According to the biomarker criteria defined in the FDA’s BEST (Biomarkers, EndpointS and other Tools) Resource, the biomarkers now being developed in NDD research are not ready for use as surrogate end points or even as predictive markers, partly because there are few FDA-approved treatments that can be used to validate these measures in trials. Nonetheless, a number of promising biomarkers under development — including measures of neural oscillations, ERPs, and structural and functional imaging — may prove very useful in dosing and patient selection, and in providing crucial evidence of PD responses. However, continuing effort is needed to assess which subset of these biomarkers shows greatest promise for later-stage validation and standardization.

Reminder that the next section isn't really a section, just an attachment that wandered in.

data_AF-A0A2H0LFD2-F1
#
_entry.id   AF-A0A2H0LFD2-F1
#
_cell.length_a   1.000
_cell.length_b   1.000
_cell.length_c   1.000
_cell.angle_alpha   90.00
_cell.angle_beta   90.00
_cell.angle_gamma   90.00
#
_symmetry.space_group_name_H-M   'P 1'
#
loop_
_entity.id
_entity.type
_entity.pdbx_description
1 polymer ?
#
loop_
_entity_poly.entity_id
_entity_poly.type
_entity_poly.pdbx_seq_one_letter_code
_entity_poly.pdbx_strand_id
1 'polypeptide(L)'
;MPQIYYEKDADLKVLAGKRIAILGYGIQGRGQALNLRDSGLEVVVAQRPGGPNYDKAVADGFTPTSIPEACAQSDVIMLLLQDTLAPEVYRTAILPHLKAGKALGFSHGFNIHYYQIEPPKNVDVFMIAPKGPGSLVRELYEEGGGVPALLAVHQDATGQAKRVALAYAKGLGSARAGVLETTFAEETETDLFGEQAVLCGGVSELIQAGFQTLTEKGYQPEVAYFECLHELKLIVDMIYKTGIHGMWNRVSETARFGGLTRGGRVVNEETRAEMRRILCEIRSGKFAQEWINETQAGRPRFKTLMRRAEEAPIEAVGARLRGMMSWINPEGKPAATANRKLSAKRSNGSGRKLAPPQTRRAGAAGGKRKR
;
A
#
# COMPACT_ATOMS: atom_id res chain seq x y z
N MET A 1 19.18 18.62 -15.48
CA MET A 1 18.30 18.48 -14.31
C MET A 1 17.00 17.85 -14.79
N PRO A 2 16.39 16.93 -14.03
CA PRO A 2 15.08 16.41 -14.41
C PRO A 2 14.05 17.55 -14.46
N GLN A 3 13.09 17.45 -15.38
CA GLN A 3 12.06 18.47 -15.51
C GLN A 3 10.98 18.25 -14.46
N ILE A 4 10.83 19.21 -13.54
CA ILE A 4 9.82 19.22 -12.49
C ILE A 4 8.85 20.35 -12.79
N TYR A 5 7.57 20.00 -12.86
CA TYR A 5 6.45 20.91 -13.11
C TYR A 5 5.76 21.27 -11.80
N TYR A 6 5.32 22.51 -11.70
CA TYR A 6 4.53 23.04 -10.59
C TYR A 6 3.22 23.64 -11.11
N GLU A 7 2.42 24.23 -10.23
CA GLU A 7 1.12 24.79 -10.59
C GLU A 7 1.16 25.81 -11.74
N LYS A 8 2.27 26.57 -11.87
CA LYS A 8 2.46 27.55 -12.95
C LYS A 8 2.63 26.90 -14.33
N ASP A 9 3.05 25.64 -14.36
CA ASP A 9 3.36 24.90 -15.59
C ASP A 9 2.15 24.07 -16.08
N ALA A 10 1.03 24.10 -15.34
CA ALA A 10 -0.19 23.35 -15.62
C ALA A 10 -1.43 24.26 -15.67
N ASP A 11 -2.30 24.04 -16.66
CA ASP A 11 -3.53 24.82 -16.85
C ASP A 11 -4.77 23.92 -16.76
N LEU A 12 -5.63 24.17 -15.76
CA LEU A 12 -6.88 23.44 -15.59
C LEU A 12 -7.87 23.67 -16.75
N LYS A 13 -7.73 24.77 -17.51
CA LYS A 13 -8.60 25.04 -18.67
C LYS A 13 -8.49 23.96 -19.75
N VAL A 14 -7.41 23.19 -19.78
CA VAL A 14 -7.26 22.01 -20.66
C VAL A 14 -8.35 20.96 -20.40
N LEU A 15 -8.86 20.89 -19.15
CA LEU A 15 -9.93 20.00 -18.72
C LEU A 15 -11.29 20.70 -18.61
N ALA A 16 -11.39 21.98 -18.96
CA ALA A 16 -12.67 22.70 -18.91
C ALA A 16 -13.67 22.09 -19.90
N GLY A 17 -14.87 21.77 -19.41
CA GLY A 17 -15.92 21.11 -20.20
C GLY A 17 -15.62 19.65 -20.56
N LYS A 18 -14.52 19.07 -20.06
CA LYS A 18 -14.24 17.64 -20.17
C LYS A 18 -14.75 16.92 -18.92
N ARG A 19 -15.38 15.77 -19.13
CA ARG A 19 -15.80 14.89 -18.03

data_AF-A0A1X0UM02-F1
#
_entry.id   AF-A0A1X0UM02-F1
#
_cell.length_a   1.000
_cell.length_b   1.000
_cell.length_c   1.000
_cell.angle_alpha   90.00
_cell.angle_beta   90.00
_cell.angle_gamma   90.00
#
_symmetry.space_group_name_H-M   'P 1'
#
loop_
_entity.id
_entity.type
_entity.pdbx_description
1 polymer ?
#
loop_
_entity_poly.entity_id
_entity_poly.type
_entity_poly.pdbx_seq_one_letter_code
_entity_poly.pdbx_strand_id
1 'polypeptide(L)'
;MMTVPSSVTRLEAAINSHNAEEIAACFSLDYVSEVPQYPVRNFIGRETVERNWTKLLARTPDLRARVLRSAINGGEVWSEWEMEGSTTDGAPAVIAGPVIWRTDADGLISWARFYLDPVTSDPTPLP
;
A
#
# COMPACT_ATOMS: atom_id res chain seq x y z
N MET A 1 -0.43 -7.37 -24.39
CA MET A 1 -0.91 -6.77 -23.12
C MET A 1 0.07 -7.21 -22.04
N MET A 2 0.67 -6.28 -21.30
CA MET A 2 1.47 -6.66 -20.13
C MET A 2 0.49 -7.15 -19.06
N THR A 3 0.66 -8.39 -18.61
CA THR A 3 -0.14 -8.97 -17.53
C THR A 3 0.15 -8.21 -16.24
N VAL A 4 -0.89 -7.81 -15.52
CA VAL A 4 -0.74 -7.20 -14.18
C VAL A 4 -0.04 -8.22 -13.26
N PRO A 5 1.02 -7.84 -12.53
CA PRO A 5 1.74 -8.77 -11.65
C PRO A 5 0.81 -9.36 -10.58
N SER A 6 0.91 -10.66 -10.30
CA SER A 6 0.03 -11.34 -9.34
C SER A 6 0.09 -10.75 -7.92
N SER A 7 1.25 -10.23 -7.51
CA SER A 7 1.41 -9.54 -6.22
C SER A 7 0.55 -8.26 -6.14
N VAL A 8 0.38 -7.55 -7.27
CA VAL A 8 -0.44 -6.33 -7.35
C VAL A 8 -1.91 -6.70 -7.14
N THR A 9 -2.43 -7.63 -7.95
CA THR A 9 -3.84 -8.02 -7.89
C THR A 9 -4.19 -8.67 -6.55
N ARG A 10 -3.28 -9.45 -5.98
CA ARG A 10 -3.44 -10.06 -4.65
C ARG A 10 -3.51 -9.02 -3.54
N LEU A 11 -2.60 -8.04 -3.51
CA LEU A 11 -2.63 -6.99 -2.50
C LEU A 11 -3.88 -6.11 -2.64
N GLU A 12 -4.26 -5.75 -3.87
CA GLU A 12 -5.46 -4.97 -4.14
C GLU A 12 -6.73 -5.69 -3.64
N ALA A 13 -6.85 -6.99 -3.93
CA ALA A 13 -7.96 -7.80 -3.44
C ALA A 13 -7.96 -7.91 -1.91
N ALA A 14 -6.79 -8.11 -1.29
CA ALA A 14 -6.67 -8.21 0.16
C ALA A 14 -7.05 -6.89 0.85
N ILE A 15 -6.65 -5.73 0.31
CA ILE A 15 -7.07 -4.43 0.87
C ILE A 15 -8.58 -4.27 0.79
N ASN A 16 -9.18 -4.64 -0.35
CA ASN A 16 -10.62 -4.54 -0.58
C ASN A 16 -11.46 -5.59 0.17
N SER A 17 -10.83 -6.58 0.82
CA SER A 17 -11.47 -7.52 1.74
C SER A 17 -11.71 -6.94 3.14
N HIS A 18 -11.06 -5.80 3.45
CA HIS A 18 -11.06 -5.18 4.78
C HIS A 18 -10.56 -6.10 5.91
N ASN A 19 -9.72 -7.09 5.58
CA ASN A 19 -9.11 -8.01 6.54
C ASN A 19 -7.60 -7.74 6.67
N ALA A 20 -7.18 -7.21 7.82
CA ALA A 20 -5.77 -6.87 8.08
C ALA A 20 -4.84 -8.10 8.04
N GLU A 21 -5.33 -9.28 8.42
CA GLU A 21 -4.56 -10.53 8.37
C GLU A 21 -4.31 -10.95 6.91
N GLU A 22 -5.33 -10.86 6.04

Furthermore, many of the current biomarker studies focus on revealing phenotypic or genotypic differences between patient populations rather than on demonstrating sensitivity and/or specificity at the individual patient level3. Such ‘fit for purpose’ development is crucial for effective biomarkers in drug discovery.

The search for biomarkers is also linked to efforts to understand the biology underlying NDDs and the pathways and circuits that bridge genotype to phenotype. Understanding the mechanisms and clinical relevance of biomarkers to assess a meaningful outcome will not be feasible without parallel and iterative studies in animal models and humans using equivalent platforms4,5.

Providing the right framework